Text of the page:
5. On July 30, 1969 Reese was charged with speeding, paid the fine and costs without a hearing. On receipt of notification of this proceeding, the Secretary assigned 3 points.

 Since the plaintiff at this point had a total of 11 points, his license was suspended by the Secretary for a period of 60 days. Thereafter, the plaintiff took an appeal to the Court of Common Pleas of Washington County, Pennsylvania, contending that he was not guilty of the violations for which points had been assessed and that there was a fatal variance between the information and conviction for violation of Section 1028(a) of the Motor Vehicle Code which was alleged to have occurred on June 24, 1968 (item 3 above).

 The Court of Common Pleas granted the Commonwealth's motion to quash the appeal and on a motion for rehearing, the previous ruling was affirmed, the court relying upon the case of Commonwealth v. Virnelson, 212 Pa. Super. 359, 243 A. 2d 464 (1968) which held that there could be no review of the facts behind the convictions giving rise to the assessment of points and that the only matter which might be shown was improper calculation of the points. Under Pennsylvania law payment of fine and costs is equivalent to a plea of guilty and in the context of this case would be an admission of a conviction. Commonwealth v. Virnelson, supra.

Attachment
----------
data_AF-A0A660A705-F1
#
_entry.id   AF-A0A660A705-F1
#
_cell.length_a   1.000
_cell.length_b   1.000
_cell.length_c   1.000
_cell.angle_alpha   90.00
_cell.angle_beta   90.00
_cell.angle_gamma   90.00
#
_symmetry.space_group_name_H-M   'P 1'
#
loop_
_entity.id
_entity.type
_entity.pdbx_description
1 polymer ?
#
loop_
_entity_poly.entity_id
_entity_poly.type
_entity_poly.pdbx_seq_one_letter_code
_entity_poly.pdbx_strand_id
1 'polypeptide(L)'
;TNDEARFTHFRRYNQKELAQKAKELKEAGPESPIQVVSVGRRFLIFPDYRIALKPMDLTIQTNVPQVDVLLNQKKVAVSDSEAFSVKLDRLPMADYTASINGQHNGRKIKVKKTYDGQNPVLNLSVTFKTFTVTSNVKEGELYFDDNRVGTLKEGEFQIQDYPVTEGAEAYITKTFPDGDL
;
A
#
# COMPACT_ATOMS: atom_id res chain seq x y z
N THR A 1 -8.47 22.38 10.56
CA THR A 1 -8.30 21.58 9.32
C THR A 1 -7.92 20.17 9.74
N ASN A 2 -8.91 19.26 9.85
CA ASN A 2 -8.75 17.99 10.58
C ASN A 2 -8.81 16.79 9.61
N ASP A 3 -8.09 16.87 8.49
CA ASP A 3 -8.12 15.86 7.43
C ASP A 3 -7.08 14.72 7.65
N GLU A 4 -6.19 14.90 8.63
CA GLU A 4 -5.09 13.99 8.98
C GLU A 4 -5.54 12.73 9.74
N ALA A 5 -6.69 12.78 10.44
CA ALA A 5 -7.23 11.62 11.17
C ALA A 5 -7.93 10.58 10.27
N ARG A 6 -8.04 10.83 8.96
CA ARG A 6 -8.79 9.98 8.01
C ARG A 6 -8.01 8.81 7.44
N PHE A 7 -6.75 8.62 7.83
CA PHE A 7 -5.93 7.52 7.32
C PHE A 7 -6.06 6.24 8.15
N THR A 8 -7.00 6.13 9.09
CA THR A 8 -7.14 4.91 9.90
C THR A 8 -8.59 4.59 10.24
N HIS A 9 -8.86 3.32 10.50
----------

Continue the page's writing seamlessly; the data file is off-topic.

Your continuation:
Reese perfected an appeal to the Superior Court of Pennsylvania which affirmed the action of the Common Pleas Court. The Supreme Court of Pennsylvania refused to grant allocatur.

 Alleging that the Point System Act was unconstitutional, the plaintiff then filed this suit for an injunction to prohibit the Secretary from suspending his license. Since the requisite jurisdictional grounds exist, this three-judge statutory court was convened.

 There can be no quarrel with the Commonwealth's position that in order to regulate the use of its highways, the state does have power to enact the Point System Plan into law and that it may use infractions of the Vehicle Code as a basis for license suspension. We may say further that the legislation is an intelligent and commendable effort to diminish the carnage on our highways by focusing attention on the most common cause of accidents, the careless and code-violating driver. However, it is not enough that the substantive provisions of a statute pass constitutional muster because it is also necessary that the methods of administration meet appropriate standards of due process.